Reviews for Black Beauty


Horn Book Guide Reviews 2002 Spring
The story of Black Beauty is presented here unabridged, supplemented by color drawings and heavily captioned archival reproductions. The drawings are bland, and the captions are occasionally irrelevant or intrusive, but the historical art helpfully shows the bearing rein and other tack and equipages referred to in the text. Copyright 2002 Horn Book Guide Reviews

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VOYA Reviews 2002 February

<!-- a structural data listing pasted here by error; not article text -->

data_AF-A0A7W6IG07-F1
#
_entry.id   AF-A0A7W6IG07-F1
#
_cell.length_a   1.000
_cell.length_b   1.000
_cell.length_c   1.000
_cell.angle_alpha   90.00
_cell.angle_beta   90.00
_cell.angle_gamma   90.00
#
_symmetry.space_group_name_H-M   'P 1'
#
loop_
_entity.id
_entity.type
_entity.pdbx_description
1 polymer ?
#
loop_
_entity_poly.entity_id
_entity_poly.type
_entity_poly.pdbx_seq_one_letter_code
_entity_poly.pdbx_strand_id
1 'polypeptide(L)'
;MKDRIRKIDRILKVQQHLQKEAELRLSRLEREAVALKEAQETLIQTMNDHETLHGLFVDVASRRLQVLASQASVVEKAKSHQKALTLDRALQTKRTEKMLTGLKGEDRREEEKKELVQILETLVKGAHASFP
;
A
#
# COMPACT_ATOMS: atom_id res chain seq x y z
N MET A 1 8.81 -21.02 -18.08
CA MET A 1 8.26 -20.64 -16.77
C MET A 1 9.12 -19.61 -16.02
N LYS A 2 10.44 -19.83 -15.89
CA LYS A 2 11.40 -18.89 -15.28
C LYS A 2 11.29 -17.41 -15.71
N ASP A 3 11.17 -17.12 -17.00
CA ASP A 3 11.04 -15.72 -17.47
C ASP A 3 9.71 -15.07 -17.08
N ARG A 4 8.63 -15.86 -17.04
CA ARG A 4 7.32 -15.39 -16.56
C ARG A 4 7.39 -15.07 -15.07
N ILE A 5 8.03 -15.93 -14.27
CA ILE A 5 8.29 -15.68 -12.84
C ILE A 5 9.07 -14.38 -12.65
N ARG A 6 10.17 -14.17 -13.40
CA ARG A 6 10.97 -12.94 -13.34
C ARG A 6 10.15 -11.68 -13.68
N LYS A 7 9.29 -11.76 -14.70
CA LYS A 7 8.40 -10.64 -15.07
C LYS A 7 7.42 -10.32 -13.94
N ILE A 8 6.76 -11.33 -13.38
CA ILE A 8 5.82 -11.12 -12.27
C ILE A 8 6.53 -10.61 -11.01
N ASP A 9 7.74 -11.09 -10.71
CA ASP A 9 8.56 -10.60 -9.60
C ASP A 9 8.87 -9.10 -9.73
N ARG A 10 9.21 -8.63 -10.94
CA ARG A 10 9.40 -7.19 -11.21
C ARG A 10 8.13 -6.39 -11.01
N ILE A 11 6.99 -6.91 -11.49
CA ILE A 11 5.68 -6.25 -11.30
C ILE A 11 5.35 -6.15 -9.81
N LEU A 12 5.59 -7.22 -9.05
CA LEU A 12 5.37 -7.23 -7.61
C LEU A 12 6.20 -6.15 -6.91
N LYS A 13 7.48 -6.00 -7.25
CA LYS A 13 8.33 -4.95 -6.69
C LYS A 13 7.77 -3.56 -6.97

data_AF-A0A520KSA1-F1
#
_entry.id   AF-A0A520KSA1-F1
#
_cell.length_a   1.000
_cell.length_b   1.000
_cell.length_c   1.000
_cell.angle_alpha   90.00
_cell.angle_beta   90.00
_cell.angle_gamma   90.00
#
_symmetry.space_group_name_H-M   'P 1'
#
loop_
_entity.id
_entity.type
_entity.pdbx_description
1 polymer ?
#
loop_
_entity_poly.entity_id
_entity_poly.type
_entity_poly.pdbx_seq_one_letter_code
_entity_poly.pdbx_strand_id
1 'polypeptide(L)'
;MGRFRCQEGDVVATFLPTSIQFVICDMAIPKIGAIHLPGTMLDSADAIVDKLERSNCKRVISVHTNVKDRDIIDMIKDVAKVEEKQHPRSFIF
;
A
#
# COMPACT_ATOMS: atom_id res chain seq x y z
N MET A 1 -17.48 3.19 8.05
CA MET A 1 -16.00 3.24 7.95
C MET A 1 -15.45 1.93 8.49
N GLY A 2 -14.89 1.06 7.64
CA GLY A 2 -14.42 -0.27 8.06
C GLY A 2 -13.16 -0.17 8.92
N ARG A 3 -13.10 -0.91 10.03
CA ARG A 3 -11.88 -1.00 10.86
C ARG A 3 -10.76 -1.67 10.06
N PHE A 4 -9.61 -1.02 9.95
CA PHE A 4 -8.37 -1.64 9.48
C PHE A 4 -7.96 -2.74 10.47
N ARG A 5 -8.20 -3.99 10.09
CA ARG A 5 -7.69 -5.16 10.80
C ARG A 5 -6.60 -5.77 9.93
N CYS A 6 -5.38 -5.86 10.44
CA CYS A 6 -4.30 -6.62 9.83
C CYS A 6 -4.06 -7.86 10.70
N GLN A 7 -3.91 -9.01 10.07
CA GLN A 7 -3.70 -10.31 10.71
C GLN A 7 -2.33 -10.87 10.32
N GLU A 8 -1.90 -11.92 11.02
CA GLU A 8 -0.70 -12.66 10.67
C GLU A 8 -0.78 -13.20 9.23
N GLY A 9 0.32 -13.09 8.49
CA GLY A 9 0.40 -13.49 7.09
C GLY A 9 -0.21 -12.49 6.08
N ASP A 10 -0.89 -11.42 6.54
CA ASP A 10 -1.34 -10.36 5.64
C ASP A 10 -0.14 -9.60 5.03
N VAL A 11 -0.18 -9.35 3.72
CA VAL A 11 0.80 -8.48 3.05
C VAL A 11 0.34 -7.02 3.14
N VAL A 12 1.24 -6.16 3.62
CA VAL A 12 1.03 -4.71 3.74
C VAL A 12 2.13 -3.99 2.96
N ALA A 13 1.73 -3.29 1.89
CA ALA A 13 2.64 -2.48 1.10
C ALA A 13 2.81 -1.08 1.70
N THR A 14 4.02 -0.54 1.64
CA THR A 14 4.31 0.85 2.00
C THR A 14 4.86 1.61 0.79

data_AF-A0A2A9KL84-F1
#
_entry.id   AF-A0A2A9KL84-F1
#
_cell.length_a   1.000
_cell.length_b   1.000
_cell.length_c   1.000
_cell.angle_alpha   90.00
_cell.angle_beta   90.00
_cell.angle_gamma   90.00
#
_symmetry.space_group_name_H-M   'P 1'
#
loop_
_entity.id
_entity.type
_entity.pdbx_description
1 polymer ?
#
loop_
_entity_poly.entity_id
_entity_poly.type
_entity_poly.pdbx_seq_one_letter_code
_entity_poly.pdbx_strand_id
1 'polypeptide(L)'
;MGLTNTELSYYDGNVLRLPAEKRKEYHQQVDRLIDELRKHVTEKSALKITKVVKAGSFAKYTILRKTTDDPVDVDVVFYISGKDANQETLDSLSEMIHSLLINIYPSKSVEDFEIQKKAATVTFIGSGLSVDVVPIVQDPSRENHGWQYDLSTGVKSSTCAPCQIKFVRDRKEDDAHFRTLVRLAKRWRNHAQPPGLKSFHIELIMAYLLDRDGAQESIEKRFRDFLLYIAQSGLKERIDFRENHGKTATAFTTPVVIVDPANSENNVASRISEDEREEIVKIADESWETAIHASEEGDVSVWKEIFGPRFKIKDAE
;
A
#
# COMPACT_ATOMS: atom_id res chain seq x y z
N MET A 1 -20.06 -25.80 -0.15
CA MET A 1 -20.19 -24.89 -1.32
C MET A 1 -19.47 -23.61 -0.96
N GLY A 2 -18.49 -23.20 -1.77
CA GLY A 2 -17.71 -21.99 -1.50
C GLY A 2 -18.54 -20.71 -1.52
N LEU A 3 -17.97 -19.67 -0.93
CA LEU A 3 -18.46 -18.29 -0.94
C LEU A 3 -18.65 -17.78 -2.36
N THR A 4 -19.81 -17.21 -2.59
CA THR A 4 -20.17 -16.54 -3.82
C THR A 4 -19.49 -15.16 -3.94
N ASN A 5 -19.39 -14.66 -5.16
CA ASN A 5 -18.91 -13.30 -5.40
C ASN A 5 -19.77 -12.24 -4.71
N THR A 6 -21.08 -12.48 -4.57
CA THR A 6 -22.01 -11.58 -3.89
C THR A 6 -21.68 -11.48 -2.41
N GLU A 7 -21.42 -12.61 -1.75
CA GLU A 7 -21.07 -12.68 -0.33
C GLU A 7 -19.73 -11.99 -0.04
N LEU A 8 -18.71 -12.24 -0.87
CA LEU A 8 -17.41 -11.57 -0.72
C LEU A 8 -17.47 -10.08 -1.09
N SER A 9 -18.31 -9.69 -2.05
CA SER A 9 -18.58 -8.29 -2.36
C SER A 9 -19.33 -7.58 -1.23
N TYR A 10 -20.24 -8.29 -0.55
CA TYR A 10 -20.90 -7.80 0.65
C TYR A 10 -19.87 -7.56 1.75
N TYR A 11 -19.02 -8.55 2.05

Sewell's classic tale of the life of a horse appears here in a new, annotated edition that clarifies central issues and relates them to today's nearly horseless society. As Black Beauty enters each new phase of his working life, the reader learns the different classes of work for horses, such as hunter, private carriage horse, cab horse, and coal hauler, and the maltreatments that accompany each one. The controversial bearing rein, a cruel instrument used merely for the sake of fashion, is diagrammed fully and explained in the sidebars at the point where Sewell introduces it into the story. Carriage-driving skills, the dangers of foxhunts, and proper diet for horses are examples of other issues important to Black Beauty that would not be understood by today's reader without the information contained in this new edition. The annotations focus heavily on early progressive advocates for animal rights, creating a historical context for modern awareness of this topic. Cultural, geographic, and historical references such as cockneys, the location of the various settings in the book, and the Crimean War are also clarified in the sidebars. The editors of this revival of Black Beauty have chosen a fine text to work with. Although the central story remains readable, so much of the information contained in it would be lost without their help. Teachers might wish to use this entry in The Whole Story series in their classrooms, and both school and public libraries will want to have it for their young horse lovers.-Jenny Ingram. The historical sidebars in Black Beauty mostly deal with what English life in the nineteenth century was like, but a few specifically deal with horses. They can be distracting if you're trying to follow the story. Unless you're really interested in details of that time period, don't think that this book is any better than another version, although the illustrations might make it easier for younger readers to enjoy.-Kristen Moreland, Teen Reviewer. $17.99 Trade pb. ISBN 0-670-89497-4. Illus. 4Q 3P M Copyright 2002 Voya Reviews

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